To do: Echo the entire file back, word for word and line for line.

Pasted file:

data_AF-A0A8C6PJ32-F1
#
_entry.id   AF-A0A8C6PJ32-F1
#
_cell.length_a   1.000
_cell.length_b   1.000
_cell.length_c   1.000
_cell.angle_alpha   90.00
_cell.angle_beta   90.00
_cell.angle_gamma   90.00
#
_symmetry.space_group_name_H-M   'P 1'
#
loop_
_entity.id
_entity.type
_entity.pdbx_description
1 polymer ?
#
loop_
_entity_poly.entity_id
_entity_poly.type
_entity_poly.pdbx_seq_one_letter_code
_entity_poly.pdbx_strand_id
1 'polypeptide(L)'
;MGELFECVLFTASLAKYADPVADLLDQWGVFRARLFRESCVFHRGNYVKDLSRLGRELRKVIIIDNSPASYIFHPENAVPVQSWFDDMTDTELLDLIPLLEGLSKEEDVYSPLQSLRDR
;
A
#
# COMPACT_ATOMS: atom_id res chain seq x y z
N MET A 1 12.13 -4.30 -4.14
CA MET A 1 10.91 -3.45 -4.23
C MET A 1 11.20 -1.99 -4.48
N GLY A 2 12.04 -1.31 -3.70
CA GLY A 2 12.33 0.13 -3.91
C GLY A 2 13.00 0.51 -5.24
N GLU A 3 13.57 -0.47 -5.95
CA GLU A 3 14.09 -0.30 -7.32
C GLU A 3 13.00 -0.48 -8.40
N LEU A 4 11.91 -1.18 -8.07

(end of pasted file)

data_AF-A0A8C6PJ32-F1
#
_entry.id   AF-A0A8C6PJ32-F1
#
_cell.length_a   1.000
_cell.length_b   1.000
_cell.length_c   1.000
_cell.angle_alpha   90.00
_cell.angle_beta   90.00
_cell.angle_gamma   90.00
#
_symmetry.space_group_name_H-M   'P 1'
#
loop_
_entity.id
_entity.type
_entity.pdbx_description
1 polymer ?
#
loop_
_entity_poly.entity_id
_entity_poly.type
_entity_poly.pdbx_seq_one_letter_code
_entity_poly.pdbx_strand_id
1 'polypeptide(L)'
;MGELFECVLFTASLAKYADPVADLLDQWGVFRARLFRESCVFHRGNYVKDLSRLGRELRKVIIIDNSPASYIFHPENAVPVQSWFDDMTDTELLDLIPLLEGLSKEEDVYSPLQSLRDR
;
A
#
# COMPACT_ATOMS: atom_id res chain seq x y z
N MET A 1 12.13 -4.30 -4.14
CA MET A 1 10.91 -3.45 -4.23
C MET A 1 11.20 -1.99 -4.48
N GLY A 2 12.04 -1.31 -3.70
CA GLY A 2 12.33 0.13 -3.91
C GLY A 2 13.00 0.51 -5.24
N GLU A 3 13.57 -0.47 -5.95
CA GLU A 3 14.09 -0.30 -7.32
C GLU A 3 13.00 -0.48 -8.40
N LEU A 4 11.91 -1.18 -8.07